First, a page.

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Assuming the mantle: BYU linebacker Manoa Pikula embracing role as defensive leader

Published: Monday, Aug. 31 2015 5:16 a.m. MDT

Idaho State Bengals quarterback Justin Arias (18) tries to outrun Brigham Young Cougars linebacker Manoa Pikula (22) during a game at LaVell Edwards Stadium on Saturday, November 16, 2013. (Matt Gade, Deseret News) Idaho State Bengals quarterback Justin Arias (18) tries to outrun Brigham Young Cougars linebacker Manoa Pikula (22) during a game at LaVell Edwards Stadium on Saturday, November 16, 2013. (Matt Gade, Deseret News)

PROVO — It certainly helps that BYU junior linebacker Manoa Pikula has been there before.

During his senior year at Bingham High, Pikula helped lead one of the most fearsome prep defenses ever assembled in the state.

“We could have competed with anyone in the country that year, no doubt in my mind,” the junior said of Bingham’s nationally ranked 2010 team, a squad that went undefeated and beat opponents by an average of 39.6 points.

Four years into his career at BYU, Pikula is being asked to fill a similar role as one of the assumed starters at inside linebacker — specifically the "Buck linebacker" position. Inside linebacker is a critical position in any 3-4 defensive alignment, not just in terms of making plays, but in terms of being a leader.

(L to R) Bingham's Dalton Fackrell (9) Manoa Pikula (22) and Josh Smith (10) celebrate their 5A state title over Fremont High School at Rice Eccles Stadium on the campus of the University of Utah in Salt Lake City on Friday, Nov., 19, 2010.
 (Mike Terry, Deseret News) (Mike Terry, Deseret News) (L to R) Bingham's Dalton Fackrell (9) Manoa Pikula (22) and Josh Smith (10) celebrate their 5A state title over Fremont High School at Rice Eccles Stadium on the campus of the University of Utah in Salt Lake City on Friday, Nov., 19, 2010. (Mike Terry, Deseret News) (Mike Terry, Deseret News)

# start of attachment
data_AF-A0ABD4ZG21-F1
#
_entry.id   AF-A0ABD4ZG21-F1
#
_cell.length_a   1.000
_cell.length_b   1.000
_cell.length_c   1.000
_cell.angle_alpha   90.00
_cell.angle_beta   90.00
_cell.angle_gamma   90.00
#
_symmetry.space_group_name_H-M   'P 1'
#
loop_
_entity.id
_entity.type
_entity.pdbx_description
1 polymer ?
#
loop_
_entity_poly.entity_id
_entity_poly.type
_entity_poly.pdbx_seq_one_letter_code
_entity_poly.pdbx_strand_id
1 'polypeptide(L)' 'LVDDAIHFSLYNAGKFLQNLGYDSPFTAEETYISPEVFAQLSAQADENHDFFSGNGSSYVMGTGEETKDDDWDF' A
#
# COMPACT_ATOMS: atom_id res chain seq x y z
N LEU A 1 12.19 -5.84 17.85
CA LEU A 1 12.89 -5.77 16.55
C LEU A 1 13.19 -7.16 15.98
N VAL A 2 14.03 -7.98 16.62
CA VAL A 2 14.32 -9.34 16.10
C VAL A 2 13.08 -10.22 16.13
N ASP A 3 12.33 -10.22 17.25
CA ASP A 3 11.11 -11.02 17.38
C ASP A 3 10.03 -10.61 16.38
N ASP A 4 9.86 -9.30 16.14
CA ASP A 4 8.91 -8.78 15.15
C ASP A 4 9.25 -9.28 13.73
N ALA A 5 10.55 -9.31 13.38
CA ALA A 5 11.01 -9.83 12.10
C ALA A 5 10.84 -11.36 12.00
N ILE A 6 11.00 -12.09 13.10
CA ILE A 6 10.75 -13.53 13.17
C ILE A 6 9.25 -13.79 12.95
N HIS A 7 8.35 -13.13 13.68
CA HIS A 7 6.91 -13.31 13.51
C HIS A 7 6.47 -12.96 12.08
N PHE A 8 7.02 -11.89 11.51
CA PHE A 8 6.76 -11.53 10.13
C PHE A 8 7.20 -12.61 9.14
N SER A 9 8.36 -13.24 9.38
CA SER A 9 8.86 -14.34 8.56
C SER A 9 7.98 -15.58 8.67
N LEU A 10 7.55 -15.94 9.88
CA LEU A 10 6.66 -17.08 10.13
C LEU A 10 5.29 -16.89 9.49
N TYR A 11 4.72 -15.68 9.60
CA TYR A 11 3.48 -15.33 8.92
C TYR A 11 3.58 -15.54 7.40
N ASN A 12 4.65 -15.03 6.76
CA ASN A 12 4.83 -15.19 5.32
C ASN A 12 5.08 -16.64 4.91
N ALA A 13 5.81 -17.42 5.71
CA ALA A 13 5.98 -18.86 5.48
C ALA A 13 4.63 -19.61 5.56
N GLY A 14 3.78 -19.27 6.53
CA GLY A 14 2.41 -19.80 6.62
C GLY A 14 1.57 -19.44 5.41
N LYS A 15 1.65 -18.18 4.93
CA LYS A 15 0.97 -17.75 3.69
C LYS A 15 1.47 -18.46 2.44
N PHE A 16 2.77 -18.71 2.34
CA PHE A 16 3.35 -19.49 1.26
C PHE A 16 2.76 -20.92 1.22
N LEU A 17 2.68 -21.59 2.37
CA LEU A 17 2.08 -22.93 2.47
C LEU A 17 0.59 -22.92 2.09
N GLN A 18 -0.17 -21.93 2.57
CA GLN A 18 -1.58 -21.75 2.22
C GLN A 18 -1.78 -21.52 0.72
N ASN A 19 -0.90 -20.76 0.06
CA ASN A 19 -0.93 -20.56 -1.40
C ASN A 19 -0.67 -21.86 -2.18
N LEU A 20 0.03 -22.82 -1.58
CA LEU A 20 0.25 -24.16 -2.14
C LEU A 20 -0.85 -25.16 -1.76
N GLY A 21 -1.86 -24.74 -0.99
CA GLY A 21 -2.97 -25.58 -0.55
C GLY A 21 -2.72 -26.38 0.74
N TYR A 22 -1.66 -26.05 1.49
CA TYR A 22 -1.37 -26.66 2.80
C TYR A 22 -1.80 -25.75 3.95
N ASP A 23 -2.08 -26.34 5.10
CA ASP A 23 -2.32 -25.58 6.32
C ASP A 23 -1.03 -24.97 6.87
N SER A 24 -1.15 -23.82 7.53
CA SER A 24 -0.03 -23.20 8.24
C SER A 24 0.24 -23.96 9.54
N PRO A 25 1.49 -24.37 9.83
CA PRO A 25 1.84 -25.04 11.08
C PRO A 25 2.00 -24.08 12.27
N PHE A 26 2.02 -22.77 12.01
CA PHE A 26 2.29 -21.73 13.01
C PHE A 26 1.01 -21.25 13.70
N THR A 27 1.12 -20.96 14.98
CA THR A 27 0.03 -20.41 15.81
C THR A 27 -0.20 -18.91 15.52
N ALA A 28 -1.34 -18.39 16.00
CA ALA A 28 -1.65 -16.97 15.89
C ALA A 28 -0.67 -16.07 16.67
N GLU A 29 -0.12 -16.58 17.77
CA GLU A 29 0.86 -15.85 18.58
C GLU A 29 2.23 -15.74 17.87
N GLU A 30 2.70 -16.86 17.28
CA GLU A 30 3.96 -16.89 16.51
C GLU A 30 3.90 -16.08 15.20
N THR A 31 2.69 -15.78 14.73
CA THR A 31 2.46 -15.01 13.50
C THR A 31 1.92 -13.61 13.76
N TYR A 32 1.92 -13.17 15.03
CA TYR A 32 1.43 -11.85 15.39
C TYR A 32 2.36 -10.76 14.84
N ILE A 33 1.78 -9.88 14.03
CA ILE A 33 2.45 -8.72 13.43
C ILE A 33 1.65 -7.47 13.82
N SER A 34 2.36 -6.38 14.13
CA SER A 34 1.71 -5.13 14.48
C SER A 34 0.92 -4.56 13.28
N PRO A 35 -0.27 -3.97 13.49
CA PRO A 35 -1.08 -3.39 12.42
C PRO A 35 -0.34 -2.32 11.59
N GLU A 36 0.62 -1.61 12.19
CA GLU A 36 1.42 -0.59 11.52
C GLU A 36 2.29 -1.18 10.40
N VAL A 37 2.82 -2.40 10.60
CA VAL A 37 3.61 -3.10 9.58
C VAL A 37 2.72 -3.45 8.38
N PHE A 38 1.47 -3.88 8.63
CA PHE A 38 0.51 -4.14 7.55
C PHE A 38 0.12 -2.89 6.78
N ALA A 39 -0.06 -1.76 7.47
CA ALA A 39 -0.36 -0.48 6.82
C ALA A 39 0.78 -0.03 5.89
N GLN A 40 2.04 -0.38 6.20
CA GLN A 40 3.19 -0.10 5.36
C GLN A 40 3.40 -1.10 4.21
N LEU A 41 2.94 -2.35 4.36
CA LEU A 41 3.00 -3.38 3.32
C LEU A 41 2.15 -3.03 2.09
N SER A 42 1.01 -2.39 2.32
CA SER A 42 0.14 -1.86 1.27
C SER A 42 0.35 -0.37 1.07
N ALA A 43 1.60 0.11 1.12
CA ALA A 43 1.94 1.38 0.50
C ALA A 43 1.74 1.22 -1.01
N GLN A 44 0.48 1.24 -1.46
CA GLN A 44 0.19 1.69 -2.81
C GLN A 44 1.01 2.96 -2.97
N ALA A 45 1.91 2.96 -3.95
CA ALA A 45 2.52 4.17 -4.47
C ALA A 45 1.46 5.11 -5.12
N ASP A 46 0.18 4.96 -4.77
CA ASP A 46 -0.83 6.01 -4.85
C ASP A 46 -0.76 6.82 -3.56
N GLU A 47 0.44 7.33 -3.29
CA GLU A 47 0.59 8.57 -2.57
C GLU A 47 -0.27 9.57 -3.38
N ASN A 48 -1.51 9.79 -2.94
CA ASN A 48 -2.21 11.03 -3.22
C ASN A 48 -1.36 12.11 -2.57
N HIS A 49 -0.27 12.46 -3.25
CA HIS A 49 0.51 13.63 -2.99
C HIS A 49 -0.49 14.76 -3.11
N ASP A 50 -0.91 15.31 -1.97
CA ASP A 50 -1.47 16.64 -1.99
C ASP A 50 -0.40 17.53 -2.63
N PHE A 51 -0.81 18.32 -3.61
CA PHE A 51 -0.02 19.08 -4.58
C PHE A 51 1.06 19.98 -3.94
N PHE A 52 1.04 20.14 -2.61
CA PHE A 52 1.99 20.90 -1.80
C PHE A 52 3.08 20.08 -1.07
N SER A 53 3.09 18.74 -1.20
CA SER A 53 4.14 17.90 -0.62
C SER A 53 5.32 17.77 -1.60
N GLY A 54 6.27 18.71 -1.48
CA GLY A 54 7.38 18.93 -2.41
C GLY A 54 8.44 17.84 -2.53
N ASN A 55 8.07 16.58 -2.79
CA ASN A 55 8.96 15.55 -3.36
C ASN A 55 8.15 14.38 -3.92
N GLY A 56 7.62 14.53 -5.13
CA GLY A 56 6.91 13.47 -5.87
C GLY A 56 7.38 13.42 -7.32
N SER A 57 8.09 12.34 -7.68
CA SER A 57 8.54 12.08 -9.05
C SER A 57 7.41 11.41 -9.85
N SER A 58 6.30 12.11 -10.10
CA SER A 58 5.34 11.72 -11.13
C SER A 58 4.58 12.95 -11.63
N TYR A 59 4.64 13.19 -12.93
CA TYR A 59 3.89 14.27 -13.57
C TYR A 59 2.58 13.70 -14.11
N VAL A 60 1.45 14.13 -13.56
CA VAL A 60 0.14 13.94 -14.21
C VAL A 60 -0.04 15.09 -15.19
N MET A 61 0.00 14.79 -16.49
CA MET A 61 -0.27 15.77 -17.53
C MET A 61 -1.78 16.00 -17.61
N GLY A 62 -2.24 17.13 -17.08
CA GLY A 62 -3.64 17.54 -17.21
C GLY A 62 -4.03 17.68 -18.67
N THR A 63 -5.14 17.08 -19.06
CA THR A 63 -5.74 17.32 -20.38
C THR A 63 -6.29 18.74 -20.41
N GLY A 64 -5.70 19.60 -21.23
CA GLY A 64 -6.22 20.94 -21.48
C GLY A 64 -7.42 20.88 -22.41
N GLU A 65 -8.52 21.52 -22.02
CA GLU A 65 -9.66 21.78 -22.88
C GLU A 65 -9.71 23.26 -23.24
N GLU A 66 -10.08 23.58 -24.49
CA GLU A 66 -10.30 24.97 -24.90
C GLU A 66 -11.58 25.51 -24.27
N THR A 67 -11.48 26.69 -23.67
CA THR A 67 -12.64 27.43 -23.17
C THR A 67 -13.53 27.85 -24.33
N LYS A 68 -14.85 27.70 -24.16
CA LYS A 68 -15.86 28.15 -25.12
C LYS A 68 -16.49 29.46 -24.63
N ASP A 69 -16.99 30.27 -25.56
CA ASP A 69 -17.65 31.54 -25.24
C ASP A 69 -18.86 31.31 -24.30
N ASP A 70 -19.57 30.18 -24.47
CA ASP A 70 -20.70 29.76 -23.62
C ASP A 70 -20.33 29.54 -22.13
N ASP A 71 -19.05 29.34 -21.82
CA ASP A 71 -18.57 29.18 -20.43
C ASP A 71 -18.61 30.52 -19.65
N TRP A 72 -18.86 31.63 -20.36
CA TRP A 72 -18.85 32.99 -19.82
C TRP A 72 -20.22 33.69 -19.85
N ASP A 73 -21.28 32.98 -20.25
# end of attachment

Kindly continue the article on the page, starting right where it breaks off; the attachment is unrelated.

Assuming a true leadership mantle is something Pikula seems well-suited for.

During BYU’s football media day, the 6-foot-1, 235-pound junior enthusiastically fielded questions from the media, expressing great confidence in his defense and particularly his cohorts at inside linebacker. Pikula ran down BYU’s current stock of inside linebackers like a seasoned coach — very aware of each player’s strengths and current status.

On senior Zac Stout: “I have so much respect for Zac and what he’s become as a person and a player. He had a great spring (practice) and is really going to help us this year. I have nothing but love for him.”

On junior Teu Kautai: “He’s been putting on good weight since his labrum injury last year and working as hard as anyone. I think he’s going to really have a big year.”

Brigham Young Cougars receiver Michael Davis is tackles by Brigham Young Cougars linebacker Manoa Pikula (22) during the BYU Blue and White game in Provo Saturday, March 29, 2014. (Jeffrey D. Allred, Deseret News) Brigham Young Cougars receiver Michael Davis is tackles by Brigham Young Cougars linebacker Manoa Pikula (22) during the BYU Blue and White game in Provo Saturday, March 29, 2014. (Jeffrey D. Allred, Deseret News)

On junior Jherremya Leuta-Douyere, who switched over from outside to inside linebacker in the spring: “He’s learning it and has a great attitude about switching and is learning fast how to be a great inside linebacker.”

On sophomore Austin Heder: “He’s a fast learner, someone who really studies hard and does the work outside of practice. He’s young, but he’s no one people should sleep on because he’s so committed.”